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He has started constructing meaningful sentences which require a lot of correction 'in' grammar and spellings.

or

He has started constructing meaningful sentences which require a lot of correction 'with' grammar and spellings.

1
  • Sometimes simplification works better - "He has started constructing meaningful sentences which require a lot of grammar and spelling correction."
    – user3169
    Apr 23, 2017 at 20:28

4 Answers 4

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Quick summary: You should say "correction(s) to" when describing tangible, countable changes, but "correction of" when describing the general act of correcting, but no one is likely to care if you mix it up.


Right away, we can rule out "corrections with." This has a different meaning: "with" introduces an object which is doing or aiding the corrections. For example, we can say "I made corrections with a pen," but should not say "I made corrections with spelling" (although this would still be easily understood).

The other choices are a little murkier. I've encountered "corrections of...", "corrections to..." and "corrections in..." in well-written literature. To my ear, "corrections to..." sounds the most correct, but not by much. Since English has no authoritative definition, we have to do a little more research.


First, we have to make a distinction between two subtly different meanings of "correction." The first meaning refers to the change itself. From dictionary.com:

noun 1 something that is substituted or proposed for what is wrong or inaccurate; emendation.

We intend this meaning when we talk about making a correction. It is a countable noun: you can make 2 or 3 corrections, for example.

The second meaning refers to the action of making the change:

noun 2 the act of correcting.

We intend this meaning when we talk about the general act of correction. It is an uncountable noun. For example, "vitamins can be prescribed for correction of nutrient deficiency."

In the OP sentence, the first meaning (1) is the sense intended.


Here are some example sentences listed at dictionary.com and Merriam-Webster. In each example I have marked which of the two above meanings (1 or 2) are being used, and I have also emphasized the preposition following correction in bold.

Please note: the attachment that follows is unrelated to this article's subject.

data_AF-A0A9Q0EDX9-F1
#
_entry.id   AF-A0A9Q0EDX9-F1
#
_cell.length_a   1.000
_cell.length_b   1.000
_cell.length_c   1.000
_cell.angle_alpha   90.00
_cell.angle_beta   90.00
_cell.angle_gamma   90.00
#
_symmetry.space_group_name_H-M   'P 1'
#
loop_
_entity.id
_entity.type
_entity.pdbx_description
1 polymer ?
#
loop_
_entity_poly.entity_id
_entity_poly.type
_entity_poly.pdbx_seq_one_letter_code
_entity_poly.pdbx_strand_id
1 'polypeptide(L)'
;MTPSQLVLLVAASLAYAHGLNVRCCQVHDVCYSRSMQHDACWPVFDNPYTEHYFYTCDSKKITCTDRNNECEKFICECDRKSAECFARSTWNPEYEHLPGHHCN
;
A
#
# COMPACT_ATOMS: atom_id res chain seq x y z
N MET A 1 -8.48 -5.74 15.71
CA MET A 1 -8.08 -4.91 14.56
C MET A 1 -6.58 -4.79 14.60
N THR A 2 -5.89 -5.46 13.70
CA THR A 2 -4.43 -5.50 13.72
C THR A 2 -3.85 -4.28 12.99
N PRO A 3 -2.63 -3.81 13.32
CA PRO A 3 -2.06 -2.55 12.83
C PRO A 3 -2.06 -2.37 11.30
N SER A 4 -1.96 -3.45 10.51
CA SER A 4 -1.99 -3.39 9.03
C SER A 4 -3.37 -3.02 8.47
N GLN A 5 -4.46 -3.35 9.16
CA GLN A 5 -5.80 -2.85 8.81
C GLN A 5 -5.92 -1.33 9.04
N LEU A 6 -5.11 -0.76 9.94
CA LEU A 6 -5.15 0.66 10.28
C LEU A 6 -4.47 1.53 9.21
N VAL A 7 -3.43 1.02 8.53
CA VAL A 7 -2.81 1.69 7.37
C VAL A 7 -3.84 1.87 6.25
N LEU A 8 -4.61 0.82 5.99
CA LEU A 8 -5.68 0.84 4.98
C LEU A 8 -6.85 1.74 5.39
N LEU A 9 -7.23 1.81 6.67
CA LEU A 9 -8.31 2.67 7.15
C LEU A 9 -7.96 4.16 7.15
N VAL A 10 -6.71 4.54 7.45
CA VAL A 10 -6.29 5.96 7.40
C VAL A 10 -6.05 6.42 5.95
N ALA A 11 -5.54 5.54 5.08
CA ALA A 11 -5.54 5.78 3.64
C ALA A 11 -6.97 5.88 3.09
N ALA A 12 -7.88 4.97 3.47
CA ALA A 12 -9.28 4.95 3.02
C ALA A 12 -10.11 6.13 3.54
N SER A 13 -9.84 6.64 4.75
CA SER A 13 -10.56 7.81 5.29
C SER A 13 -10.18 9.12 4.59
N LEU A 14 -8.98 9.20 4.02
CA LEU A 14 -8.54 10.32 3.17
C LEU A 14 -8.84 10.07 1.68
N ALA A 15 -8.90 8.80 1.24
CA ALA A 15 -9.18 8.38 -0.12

• dictionary.com:

    • He ordered his secretary to reimburse the fees and will issue a correction to his political funds reports. (1)
    • Cases may arise in which a correction of the judgment thus formed may be necessary. (2)
  • Merriam-Webster:

    • correction of (acidity / vision / etc.) (2)
    • Restylane® Silk is for lip augmentation and for correction of perioral wrinkles in patients over the age of 21. (2)

We can also look at Ngrams, although we have to be careful to note that Google's search engine is not capable of differentiating between meanings 1 and 2 that we distinguished earlier.

corrections to/of/in: Ngrams for corrections X

correction to/of/in: Ngrams for correction X

The top graph uses the plural corrections, which limits the results to the countable form (meaning 1). It clearly shows that to is the preferred preposition.

The bottom graph uses the singular form correction, which would include both meanings 1 and 2. It clearly shows that of is the preferred preposition.


Taking all of this into account, it seems safe to infer that when speaking about tangible, countable corrections being made to something, the preferred form is corrections to:

I made corrections to the spelling and grammar.

On the other hand, when talking about the general, uncountable act of correcting, the preferred form is corrections of:

Vitamins can be prescribed for correction of nutrient deficiency.

Of course, I doubt many native speakers have ever taken the time to think about this, and I seriously doubt very many people would think twice whether you say "to," "in" or "of."

0

Between your two example sentences both are understandable, but

require a lot of corrections with grammar and spelling.

would probably be the more common usage. "A lot" implies many therefore plural corrrections.

These are the corrections with your grammar and spelling.
These are the corrections on your grammar and spelling.

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  • Thanks a lot Peter.Just one clarification.. What if I meant correction as a verb rather than a noun? i.e. lot of correction to be done by the teacher and not the actual corrections (mistakes).
    – Aanchal S
    Apr 23, 2017 at 20:02
  • 1
    An Ngram comparison shows that correction/s of is vastly more popular than correction on/with. Apr 23, 2017 at 22:25
  • I might say that it should be that they "require a lot of corrections of grammar and spelling", if this way of wording it is preferred. Aug 11, 2017 at 22:21
  • @AanchalS That's not a verb (the verb is "correct"), that's an uncountable noun. Apr 24, 2019 at 16:32
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I would suggest the correct answer is in fact this:

He has started constructing meaningful sentences which require a lot of corrections to grammar and spelling.

Spelling should be singular even when referring to multiple instances of correction. Correction or corrections I don't think makes a lot of difference and works either way, corrections feels a little more natural to me.

0

"grammar and spelling[s]" describe what "correction" consists of, so it would "of".

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